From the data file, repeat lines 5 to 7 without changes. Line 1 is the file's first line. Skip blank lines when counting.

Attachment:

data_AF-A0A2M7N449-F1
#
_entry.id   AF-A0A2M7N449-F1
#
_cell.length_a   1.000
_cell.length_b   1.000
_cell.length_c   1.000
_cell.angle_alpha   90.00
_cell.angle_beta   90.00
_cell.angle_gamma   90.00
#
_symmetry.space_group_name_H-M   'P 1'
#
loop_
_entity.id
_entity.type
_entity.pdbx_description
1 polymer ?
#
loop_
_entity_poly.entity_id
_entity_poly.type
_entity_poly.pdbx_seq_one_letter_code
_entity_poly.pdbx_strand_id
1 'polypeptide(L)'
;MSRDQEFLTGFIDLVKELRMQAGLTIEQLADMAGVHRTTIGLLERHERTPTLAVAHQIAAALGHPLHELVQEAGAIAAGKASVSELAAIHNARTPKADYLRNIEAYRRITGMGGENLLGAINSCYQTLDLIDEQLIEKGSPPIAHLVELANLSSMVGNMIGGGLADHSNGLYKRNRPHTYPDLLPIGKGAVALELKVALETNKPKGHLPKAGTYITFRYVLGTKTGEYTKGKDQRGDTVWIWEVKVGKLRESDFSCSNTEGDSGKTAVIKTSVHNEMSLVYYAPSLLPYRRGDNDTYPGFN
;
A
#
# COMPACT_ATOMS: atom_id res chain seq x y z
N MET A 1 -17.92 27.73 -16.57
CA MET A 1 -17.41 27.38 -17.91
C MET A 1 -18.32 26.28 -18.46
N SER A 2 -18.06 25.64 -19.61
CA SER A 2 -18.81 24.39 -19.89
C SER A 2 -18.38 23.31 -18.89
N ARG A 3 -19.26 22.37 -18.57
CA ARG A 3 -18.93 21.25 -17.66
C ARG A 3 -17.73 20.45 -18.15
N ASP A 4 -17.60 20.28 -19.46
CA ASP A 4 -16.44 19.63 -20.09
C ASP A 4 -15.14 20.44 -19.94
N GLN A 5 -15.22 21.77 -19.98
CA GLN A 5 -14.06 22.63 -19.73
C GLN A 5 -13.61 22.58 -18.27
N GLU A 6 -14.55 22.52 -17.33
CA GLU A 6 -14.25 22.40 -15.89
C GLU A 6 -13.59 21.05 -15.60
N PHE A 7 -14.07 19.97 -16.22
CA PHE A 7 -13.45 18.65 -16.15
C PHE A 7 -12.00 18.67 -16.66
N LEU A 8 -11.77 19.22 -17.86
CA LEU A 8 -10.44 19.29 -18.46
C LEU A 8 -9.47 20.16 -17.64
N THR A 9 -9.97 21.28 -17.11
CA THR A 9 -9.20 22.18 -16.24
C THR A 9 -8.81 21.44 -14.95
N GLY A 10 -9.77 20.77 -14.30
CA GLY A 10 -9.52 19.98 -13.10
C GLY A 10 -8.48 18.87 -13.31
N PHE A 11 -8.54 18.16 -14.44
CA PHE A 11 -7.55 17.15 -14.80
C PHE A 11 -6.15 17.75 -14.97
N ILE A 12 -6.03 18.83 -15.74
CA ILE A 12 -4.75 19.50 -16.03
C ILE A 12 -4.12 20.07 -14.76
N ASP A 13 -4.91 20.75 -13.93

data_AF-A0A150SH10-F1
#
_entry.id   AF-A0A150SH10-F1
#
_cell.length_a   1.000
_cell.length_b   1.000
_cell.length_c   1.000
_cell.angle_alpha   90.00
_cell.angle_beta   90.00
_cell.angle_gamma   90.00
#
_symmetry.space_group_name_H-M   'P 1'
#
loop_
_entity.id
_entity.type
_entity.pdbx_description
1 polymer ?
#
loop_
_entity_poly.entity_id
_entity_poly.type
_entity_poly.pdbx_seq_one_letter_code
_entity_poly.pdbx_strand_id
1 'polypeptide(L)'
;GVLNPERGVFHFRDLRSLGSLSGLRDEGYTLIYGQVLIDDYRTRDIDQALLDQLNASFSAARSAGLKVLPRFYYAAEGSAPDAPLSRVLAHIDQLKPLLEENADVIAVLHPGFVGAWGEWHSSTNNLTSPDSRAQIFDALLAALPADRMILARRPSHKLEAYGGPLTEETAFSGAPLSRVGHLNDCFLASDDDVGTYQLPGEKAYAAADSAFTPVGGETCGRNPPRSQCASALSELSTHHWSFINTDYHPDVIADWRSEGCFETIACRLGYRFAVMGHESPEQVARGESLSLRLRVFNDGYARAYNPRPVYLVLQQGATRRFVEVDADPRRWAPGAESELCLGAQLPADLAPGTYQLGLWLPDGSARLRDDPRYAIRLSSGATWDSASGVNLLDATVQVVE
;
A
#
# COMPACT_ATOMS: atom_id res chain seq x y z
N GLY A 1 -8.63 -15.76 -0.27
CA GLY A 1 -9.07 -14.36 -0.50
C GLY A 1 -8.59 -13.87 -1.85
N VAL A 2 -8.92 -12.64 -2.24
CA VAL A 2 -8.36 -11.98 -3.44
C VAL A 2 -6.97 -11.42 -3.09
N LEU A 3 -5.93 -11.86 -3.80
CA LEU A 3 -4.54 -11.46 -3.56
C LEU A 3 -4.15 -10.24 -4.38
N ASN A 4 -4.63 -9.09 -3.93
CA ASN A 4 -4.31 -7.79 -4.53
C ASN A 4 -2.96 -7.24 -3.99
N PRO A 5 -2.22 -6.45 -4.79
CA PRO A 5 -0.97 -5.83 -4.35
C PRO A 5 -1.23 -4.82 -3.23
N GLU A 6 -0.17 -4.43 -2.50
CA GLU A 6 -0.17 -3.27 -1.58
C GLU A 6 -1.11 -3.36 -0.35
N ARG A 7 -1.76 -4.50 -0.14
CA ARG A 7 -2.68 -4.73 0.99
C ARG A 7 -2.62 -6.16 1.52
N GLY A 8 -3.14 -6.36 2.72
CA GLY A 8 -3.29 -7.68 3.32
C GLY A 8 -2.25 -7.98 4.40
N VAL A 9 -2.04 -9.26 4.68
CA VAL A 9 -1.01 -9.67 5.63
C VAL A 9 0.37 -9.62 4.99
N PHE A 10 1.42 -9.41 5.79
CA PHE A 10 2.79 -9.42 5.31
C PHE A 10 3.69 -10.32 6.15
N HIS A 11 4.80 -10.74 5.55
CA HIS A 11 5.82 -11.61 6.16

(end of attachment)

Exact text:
_cell.length_a   1.000
_cell.length_b   1.000
_cell.length_c   1.000